Armed Bounty Hunters Terrify Family With Midnight Warrantless Search | News 4 Buffalo

  

Category:  News & Politics

Via:  larry-hampton  •  one week ago  •  38 comments

By:   Daniel Telvock (News Buffalo)

Armed Bounty Hunters Terrify Family With Midnight Warrantless Search | News 4 Buffalo
BUFALLO, NY- Jake Reinhardt, his fiancee, and their 3-year-old daughter were all sound asleep when someone banged on their front door so hard that the noise echoed through the cold, dark January night. Reinhardt jolted out of bed and entered the living room, where he saw through a sliver of his window shade what appeared […]

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BUFALLO, NY- Jake Reinhardt, his fiancee, and their 3-year-old daughter were all sound asleep when someone banged on their front door so hard that the noise echoed through the cold, dark January night.

Reinhardt jolted out of bed and entered the living room, where he saw through a sliver of his window shade what appeared to be a man armed with a long gun by his front door.

"Open it up or we'll kick it in!" the man yelled.

Reinhardt said he was terrified as he slowly walked toward the front door, and asked "Who's that?"

The man outside raises his gun toward the front door and again screams, "Open the door, now!"

Reinhardt said he spotted two Buffalo police officers on the sidewalk, which gave him enough peace of mind to open the door. Maybe they have the wrong house, he thought.

A shirtless and barefoot Reinhardt opened the door to face not one, but two men on his porch pointing long guns at his chest. He moved to the left of the door, with his hands raised.

One of the men wanted to know the whereabouts of his brother, who jumped a $5,000 bail bond for three misdemeanors out of Pennsylvania.

As it turns out, the two men were not police officers, but bounty hunters looking to extradite his brother. At least one of them is from Pennsylvania, a city police official said, but even less is known about the other man who assisted him.

Reinhardt said the bounty hunters searched his home and the unrelated upstairs tenant's apartment without any consent or warrants. At least one of them pointed his gun at his fiancee, who is eight-months pregnant, while she clutched their 3-year-old daughter. Startled by her presence, the bounty hunter ordered her to release her crying daughter.

"I was terrified," said Taylor Schmieder, Reinhardt's fiancee. "Neither of us had any idea what was going on."

The hectic scene, some of which was recorded by a home surveillance camera, played out while several Buffalo police officers idly stood watching.

Reinhardt shared the footage with News 4 Investigates to verify the incident.

Although Reinhardt said he has always supported the police, his conscience would not let him ignore how the police department handled the situation at his home.

"These are people who took an oath to serve and protect the community," he said.

"And in my eyes they aided in nothing short of an armed home invasion. They were all responsible. It was an egregious attack on my home and my family and my civil rights."

Rules and regulations for bounty hunters vary from state to state.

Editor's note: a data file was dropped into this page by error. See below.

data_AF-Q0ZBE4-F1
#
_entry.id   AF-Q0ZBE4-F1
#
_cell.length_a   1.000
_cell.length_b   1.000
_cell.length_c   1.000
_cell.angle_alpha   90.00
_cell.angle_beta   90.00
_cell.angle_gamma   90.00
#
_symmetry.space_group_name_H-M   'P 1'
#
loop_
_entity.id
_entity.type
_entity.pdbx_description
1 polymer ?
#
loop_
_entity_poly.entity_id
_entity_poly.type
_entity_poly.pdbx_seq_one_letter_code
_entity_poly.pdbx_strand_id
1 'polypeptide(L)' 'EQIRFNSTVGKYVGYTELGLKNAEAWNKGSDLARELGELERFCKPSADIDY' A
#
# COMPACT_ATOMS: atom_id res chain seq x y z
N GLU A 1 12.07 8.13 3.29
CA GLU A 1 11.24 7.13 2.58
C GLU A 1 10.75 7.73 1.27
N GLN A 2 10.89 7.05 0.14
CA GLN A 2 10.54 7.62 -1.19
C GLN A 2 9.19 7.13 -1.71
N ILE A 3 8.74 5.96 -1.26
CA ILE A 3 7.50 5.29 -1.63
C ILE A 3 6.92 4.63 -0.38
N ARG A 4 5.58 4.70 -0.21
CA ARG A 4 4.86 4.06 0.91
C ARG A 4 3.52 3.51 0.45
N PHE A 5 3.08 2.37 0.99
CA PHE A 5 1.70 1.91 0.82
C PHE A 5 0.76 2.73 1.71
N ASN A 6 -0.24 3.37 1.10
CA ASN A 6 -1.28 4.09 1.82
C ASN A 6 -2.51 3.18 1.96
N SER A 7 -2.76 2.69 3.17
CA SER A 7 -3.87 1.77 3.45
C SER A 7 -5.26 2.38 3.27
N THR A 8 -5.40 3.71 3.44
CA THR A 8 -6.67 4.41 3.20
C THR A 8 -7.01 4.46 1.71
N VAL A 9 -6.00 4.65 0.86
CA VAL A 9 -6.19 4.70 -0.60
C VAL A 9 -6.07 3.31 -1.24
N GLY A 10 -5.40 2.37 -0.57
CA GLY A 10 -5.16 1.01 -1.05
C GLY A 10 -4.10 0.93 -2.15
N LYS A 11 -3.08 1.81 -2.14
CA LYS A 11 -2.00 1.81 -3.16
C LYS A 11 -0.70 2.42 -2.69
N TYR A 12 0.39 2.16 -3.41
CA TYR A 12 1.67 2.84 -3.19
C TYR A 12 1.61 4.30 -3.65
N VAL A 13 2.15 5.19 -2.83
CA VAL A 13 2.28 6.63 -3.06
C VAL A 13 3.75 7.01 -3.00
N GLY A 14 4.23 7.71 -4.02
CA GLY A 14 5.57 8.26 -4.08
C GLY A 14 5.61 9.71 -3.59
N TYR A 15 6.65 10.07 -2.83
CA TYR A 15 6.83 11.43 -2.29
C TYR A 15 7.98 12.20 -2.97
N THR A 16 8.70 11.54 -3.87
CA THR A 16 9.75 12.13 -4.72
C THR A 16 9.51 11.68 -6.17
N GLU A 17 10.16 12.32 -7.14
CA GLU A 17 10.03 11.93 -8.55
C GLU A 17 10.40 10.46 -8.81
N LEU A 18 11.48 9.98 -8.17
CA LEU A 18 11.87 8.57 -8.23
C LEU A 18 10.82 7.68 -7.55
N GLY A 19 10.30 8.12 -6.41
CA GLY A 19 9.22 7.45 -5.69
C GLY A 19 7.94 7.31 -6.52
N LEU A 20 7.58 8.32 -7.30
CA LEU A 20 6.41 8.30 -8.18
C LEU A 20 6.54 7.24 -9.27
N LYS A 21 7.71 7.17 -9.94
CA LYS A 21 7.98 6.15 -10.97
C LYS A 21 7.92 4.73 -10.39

Some states, such as Pennsylvania, do not regulate bounty hunters at all. At least four states have banned bounty hunters completely, while 22 states, including New York, require them to be licensed.

But this incident raises questions about how police departments interact with bounty hunters, who are private citizens granted special powers by an archaic 1872 Supreme Court ruling. Those powers, which include extraditing a fugitive across state lines and entering a fugitive's home without a warrant, exceed the legal authority that law enforcement officers have in similar situations.

Reinhardt said he asked the bounty hunters if they had a warrant several times. Although one of the bounty hunters claimed he did have a warrant, he never produced one. Instead, he showed him a bail bond slip as he was preparing to leave.

"Mr. Reinhardt asked everybody he could ask to see the warrant," said attorney Anthony Rupp, who is representing Reinhardt's household, the tenants upstairs and Reinhardt's mother, whose home was also searched by the same bounty hunters, in a civil lawsuit filed in federal court.

"The entire home was searched at gunpoint without the warrant being produced."

They are suing the City of Buffalo, each police officer at the scene, the Bail Shop LLC in Lebanon, Pennsylvania, and the bounty hunters, whose names are still unknown.

Calls to the Bail Shop seeking interviews with the owner or the bounty hunters were not returned

Nerves were frayed, but no one was injured in this incident and the bounty hunters left empty-handed with police officers.

But the Buffalo Police Department has not always been this lucky to leave unscathed after assisting bounty hunters.

In 1998, city Police Officer Robert McLellan died on duty after being hit by a car on the Kensington Expressway while assisting Maryland bounty hunters in trying to nab a fugitive who jumped a $50,000 bail bond.

The death resulted in the state legislature passing a law in 2000 that established new oversight and accountability for bounty hunters.